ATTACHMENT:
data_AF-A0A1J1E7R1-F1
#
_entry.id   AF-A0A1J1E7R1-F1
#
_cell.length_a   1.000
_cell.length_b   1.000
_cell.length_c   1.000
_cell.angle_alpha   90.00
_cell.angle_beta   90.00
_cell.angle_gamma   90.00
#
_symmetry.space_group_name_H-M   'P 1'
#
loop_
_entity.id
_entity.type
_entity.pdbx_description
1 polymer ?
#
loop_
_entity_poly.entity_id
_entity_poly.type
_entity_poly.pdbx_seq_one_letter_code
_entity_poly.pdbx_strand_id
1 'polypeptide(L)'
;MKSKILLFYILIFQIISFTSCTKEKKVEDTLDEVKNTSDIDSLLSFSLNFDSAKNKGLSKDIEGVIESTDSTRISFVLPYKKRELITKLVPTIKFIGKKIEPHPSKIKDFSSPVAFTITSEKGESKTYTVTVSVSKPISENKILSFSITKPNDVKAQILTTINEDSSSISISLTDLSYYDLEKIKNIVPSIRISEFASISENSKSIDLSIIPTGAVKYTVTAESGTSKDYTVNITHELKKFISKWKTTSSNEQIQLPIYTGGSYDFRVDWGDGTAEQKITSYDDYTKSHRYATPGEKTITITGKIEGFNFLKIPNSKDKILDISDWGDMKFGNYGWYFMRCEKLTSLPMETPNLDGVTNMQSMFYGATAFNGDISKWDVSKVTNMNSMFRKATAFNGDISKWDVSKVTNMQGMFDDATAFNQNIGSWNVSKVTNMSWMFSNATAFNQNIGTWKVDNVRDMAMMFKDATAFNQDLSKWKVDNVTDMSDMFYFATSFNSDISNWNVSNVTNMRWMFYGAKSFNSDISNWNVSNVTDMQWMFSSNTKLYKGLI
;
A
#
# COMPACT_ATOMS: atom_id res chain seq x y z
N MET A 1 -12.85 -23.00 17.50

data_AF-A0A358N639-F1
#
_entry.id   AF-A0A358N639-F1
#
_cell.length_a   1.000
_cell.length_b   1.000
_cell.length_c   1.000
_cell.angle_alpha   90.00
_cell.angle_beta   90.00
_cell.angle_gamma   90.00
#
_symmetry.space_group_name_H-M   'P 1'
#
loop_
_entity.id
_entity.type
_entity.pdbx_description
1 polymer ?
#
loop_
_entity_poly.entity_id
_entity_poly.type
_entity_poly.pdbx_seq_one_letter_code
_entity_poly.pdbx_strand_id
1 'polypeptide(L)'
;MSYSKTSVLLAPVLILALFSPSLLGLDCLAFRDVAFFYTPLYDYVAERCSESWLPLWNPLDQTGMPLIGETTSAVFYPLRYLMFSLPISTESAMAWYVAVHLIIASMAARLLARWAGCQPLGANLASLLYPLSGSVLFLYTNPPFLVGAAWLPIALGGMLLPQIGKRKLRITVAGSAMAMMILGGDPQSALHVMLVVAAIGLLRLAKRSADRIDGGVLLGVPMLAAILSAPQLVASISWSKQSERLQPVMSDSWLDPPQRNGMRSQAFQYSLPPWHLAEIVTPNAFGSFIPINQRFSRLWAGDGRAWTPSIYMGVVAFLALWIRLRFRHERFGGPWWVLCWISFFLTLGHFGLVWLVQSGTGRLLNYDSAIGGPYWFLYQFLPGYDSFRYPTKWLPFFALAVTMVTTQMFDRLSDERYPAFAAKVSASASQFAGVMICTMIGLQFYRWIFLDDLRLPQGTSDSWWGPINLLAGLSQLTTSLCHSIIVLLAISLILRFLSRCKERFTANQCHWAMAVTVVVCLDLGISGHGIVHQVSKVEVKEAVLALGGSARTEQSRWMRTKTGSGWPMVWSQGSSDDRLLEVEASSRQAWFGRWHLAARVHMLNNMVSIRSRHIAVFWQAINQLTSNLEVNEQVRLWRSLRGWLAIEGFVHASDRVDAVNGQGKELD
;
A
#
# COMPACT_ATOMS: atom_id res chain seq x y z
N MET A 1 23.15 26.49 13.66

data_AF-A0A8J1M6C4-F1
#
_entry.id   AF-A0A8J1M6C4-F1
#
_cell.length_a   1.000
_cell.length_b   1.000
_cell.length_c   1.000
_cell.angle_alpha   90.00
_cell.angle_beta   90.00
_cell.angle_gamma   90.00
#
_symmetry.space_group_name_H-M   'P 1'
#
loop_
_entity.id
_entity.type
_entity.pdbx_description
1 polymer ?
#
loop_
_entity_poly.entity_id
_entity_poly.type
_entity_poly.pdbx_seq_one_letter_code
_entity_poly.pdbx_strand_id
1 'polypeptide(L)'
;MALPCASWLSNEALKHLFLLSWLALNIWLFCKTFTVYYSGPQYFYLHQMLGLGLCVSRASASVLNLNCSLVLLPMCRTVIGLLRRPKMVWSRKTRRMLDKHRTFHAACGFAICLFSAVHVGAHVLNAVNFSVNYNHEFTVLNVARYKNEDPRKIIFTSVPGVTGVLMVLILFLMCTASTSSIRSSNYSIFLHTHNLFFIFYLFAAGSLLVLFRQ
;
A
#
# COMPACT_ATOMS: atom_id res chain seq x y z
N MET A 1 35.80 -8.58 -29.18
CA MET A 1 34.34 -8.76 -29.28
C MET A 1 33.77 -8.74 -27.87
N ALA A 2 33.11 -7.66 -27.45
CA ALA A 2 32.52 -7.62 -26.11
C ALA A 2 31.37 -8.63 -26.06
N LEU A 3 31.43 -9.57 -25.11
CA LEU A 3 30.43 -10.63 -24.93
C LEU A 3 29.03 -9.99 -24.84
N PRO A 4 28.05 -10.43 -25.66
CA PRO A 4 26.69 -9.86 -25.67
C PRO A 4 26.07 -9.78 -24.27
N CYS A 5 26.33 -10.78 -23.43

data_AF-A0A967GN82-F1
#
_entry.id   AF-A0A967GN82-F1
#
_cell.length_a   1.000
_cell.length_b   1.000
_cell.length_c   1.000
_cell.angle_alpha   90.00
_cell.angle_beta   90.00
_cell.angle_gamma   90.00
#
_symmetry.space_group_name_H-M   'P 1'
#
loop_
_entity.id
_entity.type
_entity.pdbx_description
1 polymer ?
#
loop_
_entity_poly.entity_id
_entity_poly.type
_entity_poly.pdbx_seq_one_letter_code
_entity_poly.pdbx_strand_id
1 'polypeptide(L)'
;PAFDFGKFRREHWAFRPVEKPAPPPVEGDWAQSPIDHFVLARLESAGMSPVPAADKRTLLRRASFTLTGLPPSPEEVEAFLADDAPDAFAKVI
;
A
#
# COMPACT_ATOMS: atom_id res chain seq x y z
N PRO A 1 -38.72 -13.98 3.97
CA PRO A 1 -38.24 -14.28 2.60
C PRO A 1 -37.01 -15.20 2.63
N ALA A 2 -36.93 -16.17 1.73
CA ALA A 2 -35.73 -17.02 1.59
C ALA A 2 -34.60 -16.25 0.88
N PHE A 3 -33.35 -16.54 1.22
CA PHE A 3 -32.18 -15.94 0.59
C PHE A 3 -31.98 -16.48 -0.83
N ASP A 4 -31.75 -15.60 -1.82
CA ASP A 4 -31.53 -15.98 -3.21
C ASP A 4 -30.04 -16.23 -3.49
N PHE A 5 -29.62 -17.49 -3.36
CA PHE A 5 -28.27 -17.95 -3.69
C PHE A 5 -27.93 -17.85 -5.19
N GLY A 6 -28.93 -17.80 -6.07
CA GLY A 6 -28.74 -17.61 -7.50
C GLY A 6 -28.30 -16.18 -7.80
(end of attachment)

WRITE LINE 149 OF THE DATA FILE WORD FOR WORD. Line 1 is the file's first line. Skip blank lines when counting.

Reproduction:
CA PHE A 5 -28.27 -17.95 -3.69